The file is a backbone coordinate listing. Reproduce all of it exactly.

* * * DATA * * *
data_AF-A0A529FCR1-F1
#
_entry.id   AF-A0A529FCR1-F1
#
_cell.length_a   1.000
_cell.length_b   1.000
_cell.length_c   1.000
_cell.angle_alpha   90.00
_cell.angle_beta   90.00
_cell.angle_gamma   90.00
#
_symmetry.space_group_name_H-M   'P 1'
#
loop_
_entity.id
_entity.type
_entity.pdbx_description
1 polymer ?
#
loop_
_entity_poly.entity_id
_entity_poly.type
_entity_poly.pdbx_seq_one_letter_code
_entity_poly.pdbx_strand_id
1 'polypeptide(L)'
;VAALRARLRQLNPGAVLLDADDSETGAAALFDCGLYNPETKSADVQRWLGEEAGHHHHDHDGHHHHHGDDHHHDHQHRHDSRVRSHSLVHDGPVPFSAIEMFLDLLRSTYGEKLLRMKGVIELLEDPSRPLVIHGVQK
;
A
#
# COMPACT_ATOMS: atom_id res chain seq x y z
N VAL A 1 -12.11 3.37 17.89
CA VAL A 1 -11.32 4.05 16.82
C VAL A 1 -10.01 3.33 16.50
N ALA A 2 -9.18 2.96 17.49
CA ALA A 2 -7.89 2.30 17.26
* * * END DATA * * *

data_AF-A0A529FCR1-F1
#
_entry.id   AF-A0A529FCR1-F1
#
_cell.length_a   1.000
_cell.length_b   1.000
_cell.length_c   1.000
_cell.angle_alpha   90.00
_cell.angle_beta   90.00
_cell.angle_gamma   90.00
#
_symmetry.space_group_name_H-M   'P 1'
#
loop_
_entity.id
_entity.type
_entity.pdbx_description
1 polymer ?
#
loop_
_entity_poly.entity_id
_entity_poly.type
_entity_poly.pdbx_seq_one_letter_code
_entity_poly.pdbx_strand_id
1 'polypeptide(L)'
;VAALRARLRQLNPGAVLLDADDSETGAAALFDCGLYNPETKSADVQRWLGEEAGHHHHDHDGHHHHHGDDHHHDHQHRHDSRVRSHSLVHDGPVPFSAIEMFLDLLRSTYGEKLLRMKGVIELLEDPSRPLVIHGVQK
;
A
#
# COMPACT_ATOMS: atom_id res chain seq x y z
N VAL A 1 -12.11 3.37 17.89
CA VAL A 1 -11.32 4.05 16.82
C VAL A 1 -10.01 3.33 16.50
N ALA A 2 -9.18 2.96 17.49
CA ALA A 2 -7.89 2.30 17.26